on the grass along the water
Long Island City
32-01 Vernon Boulevard, Long Island City, NY 11106
Take the N or Q train to the Broadway stop in Queens and walk eight blocks west on Broadway (toward the East River) to the intersection of Vernon Boulevard.
|7:00pm||Live music by Arturo En El Barco|
|8:30pm||Live Music By Dustin Wong|
"The output of guitarist Dustin Wong has gradually shifted from chaotic to crystalline. His early work with Ecstatic Sunshine veered toward shaggy guitar rock, while Ponytail was like an unhinged version of Deerhoof with odd hooks and wordless vocals. Wong's solo work, though obviously springing from the same headspace, consolidates and unifies his aesthetic.
Dreams Say, View, Create, Shadow Leads follows 2010's solo debut Infinite Love, a conceptual album based in part on a psychedelic experience. It featured the same material-- repetitive, layered guitar lines and a tiny dose of drum machine-- presented in two similar renditions across two discs. Dreams Say has a similarly out-there origin, with a title inspired in part by his dreams. But the album's actual construction is more compact and solid than its predecessor. Wong has explained his creative process-- the way he uses a guitar and a series of pedals-- in terms of a textile factory. The pedals that change the guitar's tone add texture, delay pedals weave a pattern, a loop pedal replicates the sounds, and an envelope filter colors them. It's a powerful explanatory tool for thinking about Dreams Say, View, Create, Shadow Leads, but after receiving piles and piles of such exquisitely crafted sonic fabrics, I'm left with the question of what to do with them.
The answer to that challenge is surprisingly broad. On the one hand, it seems as though Wong's music is naturally introspective. It lacks the rock immediacy of Ecstatic Sunshine, and there aren't Ponytail frontwoman Molly Siegel's pre-verbal vocal yelps to divert from all the intricacies. Some songs, such as "Space Tunnel Graffiti", sound like basalt blocks being dropped around your head. Alternately, "Feet Prints on Flower Dreads" starts with an urgent guitar figure and builds slowly into an industrious, vaguely conventional pop song with chorus-drenched chords and competing lead lines that cut sharply across the audible spectrum. None of the songs are simple, and they mostly all build to surprising and surprisingly weird heights.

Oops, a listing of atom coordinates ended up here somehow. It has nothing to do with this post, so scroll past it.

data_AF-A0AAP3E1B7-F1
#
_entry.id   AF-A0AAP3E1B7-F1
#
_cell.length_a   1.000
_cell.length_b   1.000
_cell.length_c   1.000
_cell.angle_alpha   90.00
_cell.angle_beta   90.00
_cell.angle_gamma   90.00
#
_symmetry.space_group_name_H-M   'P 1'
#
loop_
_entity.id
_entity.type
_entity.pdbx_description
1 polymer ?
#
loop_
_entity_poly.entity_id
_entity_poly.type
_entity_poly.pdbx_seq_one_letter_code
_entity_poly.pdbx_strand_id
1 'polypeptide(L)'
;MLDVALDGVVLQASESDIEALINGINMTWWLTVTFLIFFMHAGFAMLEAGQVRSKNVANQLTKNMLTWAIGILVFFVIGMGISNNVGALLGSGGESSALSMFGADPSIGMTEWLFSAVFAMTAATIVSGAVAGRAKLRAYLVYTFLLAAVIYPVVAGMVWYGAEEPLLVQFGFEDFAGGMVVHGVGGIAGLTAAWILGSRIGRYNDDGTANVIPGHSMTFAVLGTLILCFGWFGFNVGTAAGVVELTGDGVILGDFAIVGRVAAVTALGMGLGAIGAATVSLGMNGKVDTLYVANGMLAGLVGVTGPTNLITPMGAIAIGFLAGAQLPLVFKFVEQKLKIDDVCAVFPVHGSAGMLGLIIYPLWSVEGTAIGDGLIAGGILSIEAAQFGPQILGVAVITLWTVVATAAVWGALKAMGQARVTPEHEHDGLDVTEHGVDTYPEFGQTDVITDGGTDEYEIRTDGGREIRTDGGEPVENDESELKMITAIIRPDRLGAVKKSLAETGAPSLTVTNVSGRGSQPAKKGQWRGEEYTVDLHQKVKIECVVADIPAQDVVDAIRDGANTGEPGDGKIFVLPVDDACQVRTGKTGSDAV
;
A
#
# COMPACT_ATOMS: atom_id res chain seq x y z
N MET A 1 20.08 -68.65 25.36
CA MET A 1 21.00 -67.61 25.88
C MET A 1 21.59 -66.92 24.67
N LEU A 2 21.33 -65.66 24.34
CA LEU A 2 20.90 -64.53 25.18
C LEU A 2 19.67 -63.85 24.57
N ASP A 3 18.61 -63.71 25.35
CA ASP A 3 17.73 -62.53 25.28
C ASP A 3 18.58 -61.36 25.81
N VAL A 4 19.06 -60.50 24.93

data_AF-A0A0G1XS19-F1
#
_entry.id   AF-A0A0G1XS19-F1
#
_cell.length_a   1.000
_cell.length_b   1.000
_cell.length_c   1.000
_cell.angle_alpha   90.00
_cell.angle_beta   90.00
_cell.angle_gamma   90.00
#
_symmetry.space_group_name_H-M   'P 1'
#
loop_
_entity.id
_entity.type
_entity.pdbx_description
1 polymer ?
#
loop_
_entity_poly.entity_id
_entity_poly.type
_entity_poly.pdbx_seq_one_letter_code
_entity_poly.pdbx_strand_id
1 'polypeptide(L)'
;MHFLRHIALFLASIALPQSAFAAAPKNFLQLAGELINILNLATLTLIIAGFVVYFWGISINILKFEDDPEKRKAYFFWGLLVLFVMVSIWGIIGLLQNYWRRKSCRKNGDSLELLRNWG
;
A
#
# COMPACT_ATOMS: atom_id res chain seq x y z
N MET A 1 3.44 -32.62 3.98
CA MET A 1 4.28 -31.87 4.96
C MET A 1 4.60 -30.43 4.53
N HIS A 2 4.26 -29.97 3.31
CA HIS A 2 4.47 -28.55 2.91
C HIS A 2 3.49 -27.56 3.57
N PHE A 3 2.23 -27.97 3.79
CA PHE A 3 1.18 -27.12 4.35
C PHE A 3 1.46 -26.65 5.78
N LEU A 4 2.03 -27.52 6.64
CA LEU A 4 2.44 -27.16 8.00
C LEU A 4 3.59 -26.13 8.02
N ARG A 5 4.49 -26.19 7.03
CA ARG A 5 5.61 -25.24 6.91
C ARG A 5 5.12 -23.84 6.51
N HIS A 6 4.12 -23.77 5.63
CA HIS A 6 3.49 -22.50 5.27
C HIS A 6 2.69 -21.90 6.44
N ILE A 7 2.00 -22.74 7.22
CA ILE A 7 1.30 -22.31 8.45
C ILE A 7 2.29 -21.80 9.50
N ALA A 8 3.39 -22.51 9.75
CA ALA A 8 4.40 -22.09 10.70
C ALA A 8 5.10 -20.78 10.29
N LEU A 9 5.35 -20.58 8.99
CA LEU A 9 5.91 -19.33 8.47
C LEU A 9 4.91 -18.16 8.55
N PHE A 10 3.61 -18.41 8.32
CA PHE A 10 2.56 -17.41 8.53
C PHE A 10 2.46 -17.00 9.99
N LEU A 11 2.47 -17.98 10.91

A twin strength/weakness of these songs is that they generally start discretely, as simple guitar figures onto which Wong piles more loops and lines. The album's strong sense of pacing leads to moments where, as each song crests, you tend to think, This, right here, is the highlight. Then it ends, and the next song starts from point zero. Which is good and bad. "Toe Tore Oh", something of a centerpiece, builds slowly and doesn't hit a groove until about four minutes in. Two minutes later, it stops abruptly, and the listener's given a new fabric to examine.
In a way, each song's pattern is like an aural Rorschach test. (Wong's textile analogy is apt.) You hear the music, sure, but only the parts your brain latches onto. Even on good headphones, it's difficult to catch everything that's going on. Your mind wanders along one guitar path, and then you realize you've necessarily missed five or six branching paths. That's not a huge knock, though, since the album does reward repeat listens. In fact, it requires them. One go around might emphasize the Motown-style bassline in "Purple Slipped Right", and on another you'll notice the ghostly harmonic artifacts popping up among the pizzicato muted string rhythm. Wong uses the loop pedal like a factory machine stamping out parts, and the little imperfections and accidents that get captured and preserved only add to each layer's complexity." Pitchfork